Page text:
The objective is to investigate potential fault reactivation caused by high-volume injection into a North Sea well to assess the risks associated with converting a production well into a water injection well. The well is located within the Brage Field less than 100 meters from a major fault and there is concern for fault reactivation due to high volume water injection near this fault.
An integrated 3D geologic, fluid flow and geomechanical model was developed for the area of interest to evaluate fault reactivation risks. The 3D integrated models were constructed based on seismic horizon data and well logs. The 3D fluid flow model was calibrated and history matched using the pressure and temperature data from the current well and other adjacent wells. The developed 3D fluid and heat flow model was used to estimate pressure and temperature distributions adjacent to the fault after water injection in the target well. The results of the 3D fluid flow model were then imported into the 3D geomechanical model to predict the induced stresses and displacements near the injection zone and on the face of the fault.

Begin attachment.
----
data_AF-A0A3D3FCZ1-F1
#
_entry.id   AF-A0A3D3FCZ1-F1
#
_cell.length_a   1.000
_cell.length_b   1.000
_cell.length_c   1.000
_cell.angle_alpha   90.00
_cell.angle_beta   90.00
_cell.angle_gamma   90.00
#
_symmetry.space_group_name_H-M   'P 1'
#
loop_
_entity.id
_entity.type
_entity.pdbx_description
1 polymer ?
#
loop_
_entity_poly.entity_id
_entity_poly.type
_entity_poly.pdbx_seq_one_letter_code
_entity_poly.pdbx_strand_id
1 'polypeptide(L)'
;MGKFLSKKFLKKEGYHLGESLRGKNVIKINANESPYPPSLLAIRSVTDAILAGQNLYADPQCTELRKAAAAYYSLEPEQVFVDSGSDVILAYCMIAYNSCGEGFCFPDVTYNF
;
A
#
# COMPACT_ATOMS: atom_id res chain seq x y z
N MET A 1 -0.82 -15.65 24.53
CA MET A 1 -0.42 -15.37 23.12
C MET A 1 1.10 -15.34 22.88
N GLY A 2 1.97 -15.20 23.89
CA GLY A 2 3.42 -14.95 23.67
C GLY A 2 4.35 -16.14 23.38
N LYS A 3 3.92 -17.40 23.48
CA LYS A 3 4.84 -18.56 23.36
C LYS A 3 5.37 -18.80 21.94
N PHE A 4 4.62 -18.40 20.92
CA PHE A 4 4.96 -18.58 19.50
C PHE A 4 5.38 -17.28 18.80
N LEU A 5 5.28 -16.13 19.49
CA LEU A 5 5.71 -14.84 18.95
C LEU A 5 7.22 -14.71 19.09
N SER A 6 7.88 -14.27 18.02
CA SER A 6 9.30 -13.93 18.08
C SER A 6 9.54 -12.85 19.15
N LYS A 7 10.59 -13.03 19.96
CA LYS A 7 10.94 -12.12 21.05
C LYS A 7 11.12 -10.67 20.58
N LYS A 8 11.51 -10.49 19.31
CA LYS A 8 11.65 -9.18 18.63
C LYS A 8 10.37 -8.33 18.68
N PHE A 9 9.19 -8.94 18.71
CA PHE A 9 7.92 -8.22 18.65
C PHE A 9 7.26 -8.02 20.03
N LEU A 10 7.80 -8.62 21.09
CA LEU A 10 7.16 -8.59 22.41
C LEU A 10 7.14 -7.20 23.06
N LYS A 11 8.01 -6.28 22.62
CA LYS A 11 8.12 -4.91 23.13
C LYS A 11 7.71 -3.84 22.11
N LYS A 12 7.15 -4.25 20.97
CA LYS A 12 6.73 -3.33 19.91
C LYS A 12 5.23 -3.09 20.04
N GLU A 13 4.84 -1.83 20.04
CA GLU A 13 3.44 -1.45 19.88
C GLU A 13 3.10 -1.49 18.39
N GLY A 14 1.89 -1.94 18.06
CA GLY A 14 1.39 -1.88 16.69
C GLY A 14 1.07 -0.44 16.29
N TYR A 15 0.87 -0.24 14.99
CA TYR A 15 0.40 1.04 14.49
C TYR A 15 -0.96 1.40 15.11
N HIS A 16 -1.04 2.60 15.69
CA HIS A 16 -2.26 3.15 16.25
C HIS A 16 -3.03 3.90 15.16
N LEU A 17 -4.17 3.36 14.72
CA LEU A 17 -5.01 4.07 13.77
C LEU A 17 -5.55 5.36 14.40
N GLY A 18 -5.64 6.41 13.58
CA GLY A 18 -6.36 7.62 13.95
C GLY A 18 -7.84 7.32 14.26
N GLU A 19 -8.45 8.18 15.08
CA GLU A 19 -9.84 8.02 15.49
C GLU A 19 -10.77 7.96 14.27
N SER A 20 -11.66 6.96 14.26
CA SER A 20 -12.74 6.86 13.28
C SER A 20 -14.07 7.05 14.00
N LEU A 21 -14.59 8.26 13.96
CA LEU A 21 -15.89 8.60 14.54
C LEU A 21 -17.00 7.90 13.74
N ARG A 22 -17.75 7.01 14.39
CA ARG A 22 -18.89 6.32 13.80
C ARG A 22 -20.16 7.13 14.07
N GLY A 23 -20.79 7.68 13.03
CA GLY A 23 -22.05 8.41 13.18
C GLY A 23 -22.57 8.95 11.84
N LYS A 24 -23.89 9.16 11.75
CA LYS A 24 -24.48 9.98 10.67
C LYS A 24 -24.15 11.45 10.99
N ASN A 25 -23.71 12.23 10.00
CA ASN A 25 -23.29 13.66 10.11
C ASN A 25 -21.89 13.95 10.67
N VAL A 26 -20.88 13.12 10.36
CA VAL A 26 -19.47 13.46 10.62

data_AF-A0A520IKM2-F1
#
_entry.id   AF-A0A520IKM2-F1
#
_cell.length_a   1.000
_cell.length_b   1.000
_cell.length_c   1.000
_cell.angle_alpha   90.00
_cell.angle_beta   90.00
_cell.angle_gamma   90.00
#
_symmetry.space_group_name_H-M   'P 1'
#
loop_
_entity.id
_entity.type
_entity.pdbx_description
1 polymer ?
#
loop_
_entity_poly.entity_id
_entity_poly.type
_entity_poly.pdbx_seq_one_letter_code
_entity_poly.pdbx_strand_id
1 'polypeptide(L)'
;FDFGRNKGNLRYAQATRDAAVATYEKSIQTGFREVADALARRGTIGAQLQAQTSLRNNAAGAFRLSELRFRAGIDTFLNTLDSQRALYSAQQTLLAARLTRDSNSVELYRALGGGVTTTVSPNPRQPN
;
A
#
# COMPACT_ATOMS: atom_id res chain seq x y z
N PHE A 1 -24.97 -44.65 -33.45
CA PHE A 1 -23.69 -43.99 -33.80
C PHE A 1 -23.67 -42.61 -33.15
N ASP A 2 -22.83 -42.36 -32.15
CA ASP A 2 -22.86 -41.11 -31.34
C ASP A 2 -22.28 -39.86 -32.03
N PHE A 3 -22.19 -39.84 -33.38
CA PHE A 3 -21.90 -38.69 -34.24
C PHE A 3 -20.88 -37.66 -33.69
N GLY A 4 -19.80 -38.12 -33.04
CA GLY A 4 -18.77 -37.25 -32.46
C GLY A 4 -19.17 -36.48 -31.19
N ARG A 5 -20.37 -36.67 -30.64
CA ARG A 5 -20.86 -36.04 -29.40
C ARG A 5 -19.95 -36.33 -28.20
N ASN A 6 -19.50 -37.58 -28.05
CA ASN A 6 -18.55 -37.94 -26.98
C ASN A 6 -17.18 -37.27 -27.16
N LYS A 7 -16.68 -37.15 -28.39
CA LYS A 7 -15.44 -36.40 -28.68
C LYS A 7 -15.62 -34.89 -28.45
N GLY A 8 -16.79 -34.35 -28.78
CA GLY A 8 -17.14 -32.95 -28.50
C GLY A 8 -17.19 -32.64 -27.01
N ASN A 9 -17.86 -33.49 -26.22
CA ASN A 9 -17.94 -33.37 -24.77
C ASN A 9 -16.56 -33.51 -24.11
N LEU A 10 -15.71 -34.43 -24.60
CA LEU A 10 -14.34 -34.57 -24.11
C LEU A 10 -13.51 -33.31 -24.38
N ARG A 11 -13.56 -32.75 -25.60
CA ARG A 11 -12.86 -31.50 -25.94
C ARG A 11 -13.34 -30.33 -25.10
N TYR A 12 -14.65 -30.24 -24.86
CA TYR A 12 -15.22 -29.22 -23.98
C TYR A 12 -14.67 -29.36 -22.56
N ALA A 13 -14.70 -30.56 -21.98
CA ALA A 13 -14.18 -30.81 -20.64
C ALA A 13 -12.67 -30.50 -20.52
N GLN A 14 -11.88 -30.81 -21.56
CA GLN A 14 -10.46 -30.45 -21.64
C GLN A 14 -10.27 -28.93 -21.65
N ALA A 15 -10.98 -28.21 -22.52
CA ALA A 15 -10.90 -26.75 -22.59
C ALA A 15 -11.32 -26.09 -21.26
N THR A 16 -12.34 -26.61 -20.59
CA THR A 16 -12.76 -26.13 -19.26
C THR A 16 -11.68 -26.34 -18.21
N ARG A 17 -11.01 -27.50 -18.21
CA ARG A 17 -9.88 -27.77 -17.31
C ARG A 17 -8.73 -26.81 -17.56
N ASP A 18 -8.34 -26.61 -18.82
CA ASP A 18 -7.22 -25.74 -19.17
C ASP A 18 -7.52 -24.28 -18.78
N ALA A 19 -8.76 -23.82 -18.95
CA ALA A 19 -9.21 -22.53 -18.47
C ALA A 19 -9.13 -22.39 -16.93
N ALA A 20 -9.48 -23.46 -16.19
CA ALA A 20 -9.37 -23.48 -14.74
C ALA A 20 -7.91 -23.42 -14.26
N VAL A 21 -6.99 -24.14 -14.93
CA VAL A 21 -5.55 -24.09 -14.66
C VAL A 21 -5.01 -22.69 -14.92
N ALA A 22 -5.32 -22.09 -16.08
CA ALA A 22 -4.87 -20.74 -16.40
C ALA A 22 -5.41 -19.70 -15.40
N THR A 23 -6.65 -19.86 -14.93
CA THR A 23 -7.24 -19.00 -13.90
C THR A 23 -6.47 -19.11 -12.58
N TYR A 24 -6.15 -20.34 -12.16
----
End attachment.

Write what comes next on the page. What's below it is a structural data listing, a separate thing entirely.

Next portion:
The results of the integrated geologic, fluid flow and geomechanical models indicate that the poro-elastic stresses induced by high volume injection into the proposed well are not sufficient to induce major slip on the nearby main fault, considering a wide range of reasonable physical and material property assumptions for the fault.
The results of this study are used in specifying the maximum daily water injection rates in the proposed well without the fault reactivation concerns. With the proposed water injection rate, the sealing capacity of the major fault will be guaranteed and the injected water will be directed into the reservoir for pressurization and water flooding purposes.